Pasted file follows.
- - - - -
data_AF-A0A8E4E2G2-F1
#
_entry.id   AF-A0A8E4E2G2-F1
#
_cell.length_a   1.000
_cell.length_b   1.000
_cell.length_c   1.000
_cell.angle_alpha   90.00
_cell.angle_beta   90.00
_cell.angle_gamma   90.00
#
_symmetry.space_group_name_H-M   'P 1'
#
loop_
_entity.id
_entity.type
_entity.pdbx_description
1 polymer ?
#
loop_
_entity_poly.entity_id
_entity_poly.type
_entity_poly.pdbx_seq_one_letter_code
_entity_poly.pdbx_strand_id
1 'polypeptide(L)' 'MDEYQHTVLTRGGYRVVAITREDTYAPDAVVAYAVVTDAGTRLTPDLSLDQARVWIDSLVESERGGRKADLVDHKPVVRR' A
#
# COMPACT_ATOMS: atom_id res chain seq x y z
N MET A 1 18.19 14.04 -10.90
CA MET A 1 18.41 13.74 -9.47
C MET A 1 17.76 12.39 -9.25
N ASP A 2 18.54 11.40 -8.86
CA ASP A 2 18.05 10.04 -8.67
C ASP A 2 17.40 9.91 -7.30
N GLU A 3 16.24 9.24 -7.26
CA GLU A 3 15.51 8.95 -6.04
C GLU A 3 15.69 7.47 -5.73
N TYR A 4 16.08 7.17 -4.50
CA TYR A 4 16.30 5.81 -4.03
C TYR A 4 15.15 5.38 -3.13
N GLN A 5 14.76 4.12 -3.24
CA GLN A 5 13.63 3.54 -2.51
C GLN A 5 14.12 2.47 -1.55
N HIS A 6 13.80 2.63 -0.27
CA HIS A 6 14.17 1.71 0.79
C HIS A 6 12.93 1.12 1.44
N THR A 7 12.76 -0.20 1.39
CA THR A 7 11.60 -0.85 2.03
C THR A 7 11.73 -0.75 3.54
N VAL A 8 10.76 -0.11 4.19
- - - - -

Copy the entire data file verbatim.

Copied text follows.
data_AF-A0A8E4E2G2-F1
#
_entry.id   AF-A0A8E4E2G2-F1
#
_cell.length_a   1.000
_cell.length_b   1.000
_cell.length_c   1.000
_cell.angle_alpha   90.00
_cell.angle_beta   90.00
_cell.angle_gamma   90.00
#
_symmetry.space_group_name_H-M   'P 1'
#
loop_
_entity.id
_entity.type
_entity.pdbx_description
1 polymer ?
#
loop_
_entity_poly.entity_id
_entity_poly.type
_entity_poly.pdbx_seq_one_letter_code
_entity_poly.pdbx_strand_id
1 'polypeptide(L)' 'MDEYQHTVLTRGGYRVVAITREDTYAPDAVVAYAVVTDAGTRLTPDLSLDQARVWIDSLVESERGGRKADLVDHKPVVRR' A
#
# COMPACT_ATOMS: atom_id res chain seq x y z
N MET A 1 18.19 14.04 -10.90
CA MET A 1 18.41 13.74 -9.47
C MET A 1 17.76 12.39 -9.25
N ASP A 2 18.54 11.40 -8.86
CA ASP A 2 18.05 10.04 -8.67
C ASP A 2 17.40 9.91 -7.30
N GLU A 3 16.24 9.24 -7.26
CA GLU A 3 15.51 8.95 -6.04
C GLU A 3 15.69 7.47 -5.73
N TYR A 4 16.08 7.17 -4.50
CA TYR A 4 16.30 5.81 -4.03
C TYR A 4 15.15 5.38 -3.13
N GLN A 5 14.76 4.12 -3.24
CA GLN A 5 13.63 3.54 -2.51
C GLN A 5 14.12 2.47 -1.55
N HIS A 6 13.80 2.63 -0.27
CA HIS A 6 14.17 1.71 0.79
C HIS A 6 12.93 1.12 1.44
N THR A 7 12.76 -0.20 1.39
CA THR A 7 11.60 -0.85 2.03
C THR A 7 11.73 -0.75 3.54
N VAL A 8 10.76 -0.11 4.19